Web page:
If you’re driving along Saskatchewan highways, there’s a good chance you’ll see some anti-abortion billboards.
But now, if you’re in Aylesbury, Sask., about 100 kilometres northwest of Regina, you’ll also see an “abortion is healthcare” sign.
“We are trying to decrease the stigma and also increase availability and accessibility to those people who need access to abortions,” said Rachel Regio, vice-president of Abortion is Healthcare Signs Inc., which paid for the billboard.
The non-profit organization was established after the U.S. Supreme Court overturned Roe v. Wade, the landmark case that secured constitutional protections for abortion in the U.S. for nearly 50 years.
Abortion access in Saskatchewan
The U.S. decision does not affect access to abortion services in Saskatchewan, but it has sparked conversations about barriers in the province.
For example, people who live in northern Saskatchewan or rural areas may have to travel several hours for a surgical abortion, as that procedure is only available in Saskatoon and Regina.
Timelines for an abortion also vary in the province. A person can get a surgical abortion while up to 18 weeks and six days pregnant in Regina, but only up to 12 weeks pregnant in Saskatoon.
Meanwhile, provinces such as Alberta, B.C. and Ontario, have longer time frames. In B.C., a surgical abortion can be obtained up to 24 weeks.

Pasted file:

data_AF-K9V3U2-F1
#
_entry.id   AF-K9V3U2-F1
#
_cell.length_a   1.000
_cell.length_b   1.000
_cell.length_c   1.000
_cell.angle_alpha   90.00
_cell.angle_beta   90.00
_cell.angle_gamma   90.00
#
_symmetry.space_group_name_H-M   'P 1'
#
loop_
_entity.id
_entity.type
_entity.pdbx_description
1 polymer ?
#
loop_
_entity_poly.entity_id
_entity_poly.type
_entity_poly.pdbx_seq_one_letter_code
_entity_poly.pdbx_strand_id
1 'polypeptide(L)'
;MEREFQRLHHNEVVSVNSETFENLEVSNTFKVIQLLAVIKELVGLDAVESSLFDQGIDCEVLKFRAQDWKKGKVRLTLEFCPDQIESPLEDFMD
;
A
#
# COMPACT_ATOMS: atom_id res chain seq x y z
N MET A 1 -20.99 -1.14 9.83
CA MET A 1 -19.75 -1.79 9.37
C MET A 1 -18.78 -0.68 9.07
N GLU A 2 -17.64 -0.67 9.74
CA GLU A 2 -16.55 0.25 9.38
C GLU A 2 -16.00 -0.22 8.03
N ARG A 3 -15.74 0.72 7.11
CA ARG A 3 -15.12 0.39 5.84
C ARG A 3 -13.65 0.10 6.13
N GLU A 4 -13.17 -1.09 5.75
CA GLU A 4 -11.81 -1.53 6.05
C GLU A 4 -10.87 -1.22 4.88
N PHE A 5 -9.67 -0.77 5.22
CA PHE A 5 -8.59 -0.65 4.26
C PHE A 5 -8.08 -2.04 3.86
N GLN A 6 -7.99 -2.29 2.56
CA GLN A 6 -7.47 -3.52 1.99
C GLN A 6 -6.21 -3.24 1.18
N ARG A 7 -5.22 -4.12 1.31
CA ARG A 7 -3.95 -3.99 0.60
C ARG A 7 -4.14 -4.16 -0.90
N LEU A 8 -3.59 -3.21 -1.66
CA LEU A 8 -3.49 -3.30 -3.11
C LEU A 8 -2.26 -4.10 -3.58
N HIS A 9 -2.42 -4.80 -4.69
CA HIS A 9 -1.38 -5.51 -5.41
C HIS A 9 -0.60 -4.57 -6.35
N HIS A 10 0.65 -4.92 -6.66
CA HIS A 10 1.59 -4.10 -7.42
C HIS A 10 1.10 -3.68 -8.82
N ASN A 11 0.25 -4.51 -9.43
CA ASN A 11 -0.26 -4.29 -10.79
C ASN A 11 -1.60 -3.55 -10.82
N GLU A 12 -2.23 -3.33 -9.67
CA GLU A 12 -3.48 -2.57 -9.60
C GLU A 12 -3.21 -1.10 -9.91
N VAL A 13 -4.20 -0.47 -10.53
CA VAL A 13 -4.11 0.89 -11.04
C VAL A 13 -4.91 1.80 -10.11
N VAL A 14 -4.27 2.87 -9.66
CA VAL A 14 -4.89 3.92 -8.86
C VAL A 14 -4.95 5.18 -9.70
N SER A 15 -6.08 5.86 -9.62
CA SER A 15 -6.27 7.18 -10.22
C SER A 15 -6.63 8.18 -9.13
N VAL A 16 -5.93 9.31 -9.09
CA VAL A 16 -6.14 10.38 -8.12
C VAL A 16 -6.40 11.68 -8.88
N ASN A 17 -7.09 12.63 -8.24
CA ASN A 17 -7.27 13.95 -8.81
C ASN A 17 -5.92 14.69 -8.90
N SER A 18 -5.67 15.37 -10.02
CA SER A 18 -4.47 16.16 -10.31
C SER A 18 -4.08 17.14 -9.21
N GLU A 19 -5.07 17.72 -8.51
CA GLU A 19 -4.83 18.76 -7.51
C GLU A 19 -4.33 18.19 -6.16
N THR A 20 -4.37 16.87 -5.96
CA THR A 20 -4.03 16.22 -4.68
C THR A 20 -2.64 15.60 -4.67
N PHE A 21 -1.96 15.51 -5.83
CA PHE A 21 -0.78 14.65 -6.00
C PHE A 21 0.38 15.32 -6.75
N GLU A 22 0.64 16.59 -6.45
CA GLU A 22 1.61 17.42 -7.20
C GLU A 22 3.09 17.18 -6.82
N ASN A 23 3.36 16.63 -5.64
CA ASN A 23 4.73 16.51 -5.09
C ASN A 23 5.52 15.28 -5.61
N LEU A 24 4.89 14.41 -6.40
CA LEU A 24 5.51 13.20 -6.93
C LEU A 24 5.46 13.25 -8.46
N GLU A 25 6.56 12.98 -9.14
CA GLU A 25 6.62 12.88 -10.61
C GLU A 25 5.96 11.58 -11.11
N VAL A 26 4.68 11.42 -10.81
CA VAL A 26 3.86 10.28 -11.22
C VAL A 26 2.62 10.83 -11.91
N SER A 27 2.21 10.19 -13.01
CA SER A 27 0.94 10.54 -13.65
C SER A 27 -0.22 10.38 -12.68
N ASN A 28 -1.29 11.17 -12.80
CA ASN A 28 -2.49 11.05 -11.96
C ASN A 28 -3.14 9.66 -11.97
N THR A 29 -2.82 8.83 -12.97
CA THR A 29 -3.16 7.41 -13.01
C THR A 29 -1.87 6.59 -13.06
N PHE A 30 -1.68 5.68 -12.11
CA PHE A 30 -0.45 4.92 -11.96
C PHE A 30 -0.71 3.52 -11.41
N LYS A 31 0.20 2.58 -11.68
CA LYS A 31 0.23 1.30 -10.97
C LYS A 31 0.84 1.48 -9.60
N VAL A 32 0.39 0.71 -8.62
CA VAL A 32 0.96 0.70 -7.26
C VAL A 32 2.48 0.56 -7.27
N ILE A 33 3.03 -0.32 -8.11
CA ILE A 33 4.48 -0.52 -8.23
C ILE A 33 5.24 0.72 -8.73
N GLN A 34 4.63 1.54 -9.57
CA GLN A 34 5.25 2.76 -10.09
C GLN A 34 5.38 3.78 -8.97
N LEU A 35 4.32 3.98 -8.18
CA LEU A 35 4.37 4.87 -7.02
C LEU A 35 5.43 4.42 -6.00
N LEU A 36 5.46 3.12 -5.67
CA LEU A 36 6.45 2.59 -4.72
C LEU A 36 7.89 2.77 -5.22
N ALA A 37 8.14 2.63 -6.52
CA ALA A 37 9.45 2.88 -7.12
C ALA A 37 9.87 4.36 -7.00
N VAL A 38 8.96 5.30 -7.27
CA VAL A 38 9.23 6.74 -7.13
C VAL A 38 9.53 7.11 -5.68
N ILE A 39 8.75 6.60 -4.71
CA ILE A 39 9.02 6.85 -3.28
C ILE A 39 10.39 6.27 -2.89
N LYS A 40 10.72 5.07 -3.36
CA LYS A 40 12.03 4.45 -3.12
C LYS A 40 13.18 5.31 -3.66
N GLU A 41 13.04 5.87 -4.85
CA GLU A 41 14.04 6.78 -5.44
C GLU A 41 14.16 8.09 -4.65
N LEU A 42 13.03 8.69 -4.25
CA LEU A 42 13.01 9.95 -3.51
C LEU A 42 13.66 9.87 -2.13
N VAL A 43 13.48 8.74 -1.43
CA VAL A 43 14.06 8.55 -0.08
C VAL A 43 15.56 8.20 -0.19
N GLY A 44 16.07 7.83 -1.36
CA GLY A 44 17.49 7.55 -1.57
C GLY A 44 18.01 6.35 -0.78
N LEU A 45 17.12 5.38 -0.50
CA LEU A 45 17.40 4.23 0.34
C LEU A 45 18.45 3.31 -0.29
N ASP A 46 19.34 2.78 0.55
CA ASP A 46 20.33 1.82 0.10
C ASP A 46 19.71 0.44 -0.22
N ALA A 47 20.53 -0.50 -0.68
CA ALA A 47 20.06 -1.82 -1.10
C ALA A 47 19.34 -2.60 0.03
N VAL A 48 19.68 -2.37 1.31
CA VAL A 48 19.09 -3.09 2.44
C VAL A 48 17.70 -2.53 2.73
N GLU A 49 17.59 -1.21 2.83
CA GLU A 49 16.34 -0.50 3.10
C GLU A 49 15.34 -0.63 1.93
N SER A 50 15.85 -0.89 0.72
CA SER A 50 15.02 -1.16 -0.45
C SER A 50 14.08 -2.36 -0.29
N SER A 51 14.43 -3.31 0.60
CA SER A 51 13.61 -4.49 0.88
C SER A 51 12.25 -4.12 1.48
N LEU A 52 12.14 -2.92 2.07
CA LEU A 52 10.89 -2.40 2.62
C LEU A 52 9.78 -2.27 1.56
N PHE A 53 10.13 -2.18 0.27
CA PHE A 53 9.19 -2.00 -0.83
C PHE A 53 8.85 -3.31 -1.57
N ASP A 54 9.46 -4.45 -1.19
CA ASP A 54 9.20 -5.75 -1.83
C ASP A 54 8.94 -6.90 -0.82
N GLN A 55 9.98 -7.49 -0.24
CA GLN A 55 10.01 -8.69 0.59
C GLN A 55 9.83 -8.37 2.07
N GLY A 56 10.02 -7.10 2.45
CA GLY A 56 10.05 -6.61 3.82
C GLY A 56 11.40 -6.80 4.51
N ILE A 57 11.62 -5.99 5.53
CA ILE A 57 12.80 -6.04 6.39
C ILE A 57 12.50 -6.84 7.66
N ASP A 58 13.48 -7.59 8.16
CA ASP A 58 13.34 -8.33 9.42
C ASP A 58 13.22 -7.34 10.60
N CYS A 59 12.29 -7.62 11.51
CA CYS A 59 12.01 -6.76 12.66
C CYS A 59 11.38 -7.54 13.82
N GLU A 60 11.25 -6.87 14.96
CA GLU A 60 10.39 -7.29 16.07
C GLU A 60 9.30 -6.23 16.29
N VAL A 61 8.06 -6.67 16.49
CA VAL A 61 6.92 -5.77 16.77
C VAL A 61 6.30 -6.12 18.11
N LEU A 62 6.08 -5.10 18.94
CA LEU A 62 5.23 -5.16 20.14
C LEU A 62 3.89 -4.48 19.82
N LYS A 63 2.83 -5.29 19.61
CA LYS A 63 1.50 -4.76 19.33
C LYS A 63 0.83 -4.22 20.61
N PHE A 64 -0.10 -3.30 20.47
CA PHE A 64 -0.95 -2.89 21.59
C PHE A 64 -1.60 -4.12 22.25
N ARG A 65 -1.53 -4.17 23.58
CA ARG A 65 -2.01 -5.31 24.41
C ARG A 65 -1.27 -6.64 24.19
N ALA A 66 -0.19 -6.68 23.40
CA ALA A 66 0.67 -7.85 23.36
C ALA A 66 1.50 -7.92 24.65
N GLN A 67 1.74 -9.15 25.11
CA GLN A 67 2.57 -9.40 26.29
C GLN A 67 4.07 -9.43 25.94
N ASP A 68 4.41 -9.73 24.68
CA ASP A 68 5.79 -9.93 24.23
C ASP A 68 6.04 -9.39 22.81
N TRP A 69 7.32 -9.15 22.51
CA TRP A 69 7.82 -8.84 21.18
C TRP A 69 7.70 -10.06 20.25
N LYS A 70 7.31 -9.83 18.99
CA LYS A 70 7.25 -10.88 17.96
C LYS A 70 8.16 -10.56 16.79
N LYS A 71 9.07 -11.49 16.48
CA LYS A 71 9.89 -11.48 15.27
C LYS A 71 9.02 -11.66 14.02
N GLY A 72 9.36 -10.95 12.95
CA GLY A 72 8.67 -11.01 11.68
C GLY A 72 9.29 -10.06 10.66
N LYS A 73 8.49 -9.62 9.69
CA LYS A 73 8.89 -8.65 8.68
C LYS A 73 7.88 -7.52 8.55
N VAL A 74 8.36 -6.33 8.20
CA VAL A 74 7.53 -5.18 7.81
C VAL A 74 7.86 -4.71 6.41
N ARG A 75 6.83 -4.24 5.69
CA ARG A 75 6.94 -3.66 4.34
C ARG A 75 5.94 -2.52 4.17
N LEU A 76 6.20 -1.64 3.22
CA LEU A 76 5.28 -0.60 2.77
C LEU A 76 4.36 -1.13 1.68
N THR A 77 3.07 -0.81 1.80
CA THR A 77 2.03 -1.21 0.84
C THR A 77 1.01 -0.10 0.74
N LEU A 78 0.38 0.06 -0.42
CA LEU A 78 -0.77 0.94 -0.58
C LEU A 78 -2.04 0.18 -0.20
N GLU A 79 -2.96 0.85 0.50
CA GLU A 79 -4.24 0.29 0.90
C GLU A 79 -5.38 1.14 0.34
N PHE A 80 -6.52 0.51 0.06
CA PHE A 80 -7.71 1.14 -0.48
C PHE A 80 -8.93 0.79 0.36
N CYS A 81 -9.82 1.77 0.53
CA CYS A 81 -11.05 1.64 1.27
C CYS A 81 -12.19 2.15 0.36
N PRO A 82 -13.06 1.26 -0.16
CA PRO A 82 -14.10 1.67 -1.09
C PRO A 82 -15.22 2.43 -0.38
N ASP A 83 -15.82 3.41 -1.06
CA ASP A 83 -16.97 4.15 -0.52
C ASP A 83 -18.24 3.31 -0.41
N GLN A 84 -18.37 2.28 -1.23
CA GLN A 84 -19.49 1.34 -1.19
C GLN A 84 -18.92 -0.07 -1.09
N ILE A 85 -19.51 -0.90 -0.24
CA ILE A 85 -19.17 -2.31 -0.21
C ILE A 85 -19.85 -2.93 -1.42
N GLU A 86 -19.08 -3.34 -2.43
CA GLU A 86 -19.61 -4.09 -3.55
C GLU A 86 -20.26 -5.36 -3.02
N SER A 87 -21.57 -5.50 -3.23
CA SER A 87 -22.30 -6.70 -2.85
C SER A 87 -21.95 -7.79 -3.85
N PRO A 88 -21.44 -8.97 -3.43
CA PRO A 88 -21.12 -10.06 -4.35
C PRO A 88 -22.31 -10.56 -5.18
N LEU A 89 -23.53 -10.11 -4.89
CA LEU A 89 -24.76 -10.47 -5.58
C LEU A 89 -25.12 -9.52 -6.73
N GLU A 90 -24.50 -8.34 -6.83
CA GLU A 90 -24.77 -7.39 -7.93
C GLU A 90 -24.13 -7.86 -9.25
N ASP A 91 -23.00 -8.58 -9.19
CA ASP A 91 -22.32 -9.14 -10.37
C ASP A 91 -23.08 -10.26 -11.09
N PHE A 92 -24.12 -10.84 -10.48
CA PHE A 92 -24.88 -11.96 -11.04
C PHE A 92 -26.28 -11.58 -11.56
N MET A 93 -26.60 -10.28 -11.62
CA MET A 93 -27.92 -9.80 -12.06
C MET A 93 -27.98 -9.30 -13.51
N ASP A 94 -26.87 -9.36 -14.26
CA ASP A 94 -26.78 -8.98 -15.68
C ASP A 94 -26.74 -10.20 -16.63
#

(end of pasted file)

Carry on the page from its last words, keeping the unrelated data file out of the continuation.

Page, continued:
It has also been raised that not all Saskatchewan doctors will prescribe the abortion pill known as Mifegymiso in Canada, and not all pharmacies will stock or fill a prescription for it.
Regio said her organization believes “an abortion is a health-care procedure that should be accessible to anyone who needs it.”
Tasia Alexopoulos, spokesperson for the Abortion Rights Coalition of Canada (ARCC), said the organization is excited that Saskatchewan has a pro-abortion-rights billboard.
“We would love to see it take place across Canada,” she said in an interview.
“Having the ability to counter [anti-abortion messages] with more positive and fact-based messages is really important, especially in places that are a bit more remote or rural.”
Alexopoulos said that since the overturning of Roe v. Wade, more people have been donating to ARCC, following the organization on social media and becoming more aware of anti-abortion messaging.
“It’s important to have compassionate factual messaging so that people don’t feel alone,” Alexopoulos said.
Regio said her group plans to pay for billboards in Yorkton and Weyburn in the near future.
She said she expects there will be reaction from people on both sides of the abortion debate.
“Everyone has a right to give their opinion,” she said. “With our organization, we are trying to put an emphasis that it is a health-care procedure.”